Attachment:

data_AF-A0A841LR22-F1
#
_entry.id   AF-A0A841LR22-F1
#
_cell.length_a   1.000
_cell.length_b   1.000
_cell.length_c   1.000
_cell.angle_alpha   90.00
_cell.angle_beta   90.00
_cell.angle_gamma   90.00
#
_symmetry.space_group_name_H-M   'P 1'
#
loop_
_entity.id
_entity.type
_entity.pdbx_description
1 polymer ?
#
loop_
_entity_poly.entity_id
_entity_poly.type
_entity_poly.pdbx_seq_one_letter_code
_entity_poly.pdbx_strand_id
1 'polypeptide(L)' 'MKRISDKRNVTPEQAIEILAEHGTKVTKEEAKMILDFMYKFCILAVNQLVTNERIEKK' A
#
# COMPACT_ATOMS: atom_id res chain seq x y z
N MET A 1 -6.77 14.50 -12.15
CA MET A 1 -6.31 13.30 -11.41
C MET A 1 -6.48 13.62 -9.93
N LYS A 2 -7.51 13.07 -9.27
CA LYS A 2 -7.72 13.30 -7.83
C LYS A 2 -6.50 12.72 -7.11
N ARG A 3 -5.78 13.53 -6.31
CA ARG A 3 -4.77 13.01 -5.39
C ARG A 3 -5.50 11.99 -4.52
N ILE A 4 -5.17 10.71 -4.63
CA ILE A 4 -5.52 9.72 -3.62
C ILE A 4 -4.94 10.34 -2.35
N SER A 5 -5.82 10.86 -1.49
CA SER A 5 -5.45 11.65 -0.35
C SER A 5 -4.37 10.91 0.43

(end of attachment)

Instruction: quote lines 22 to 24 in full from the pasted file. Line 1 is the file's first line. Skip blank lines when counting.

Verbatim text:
_entity_poly.type
_entity_poly.pdbx_seq_one_letter_code
_entity_poly.pdbx_strand_id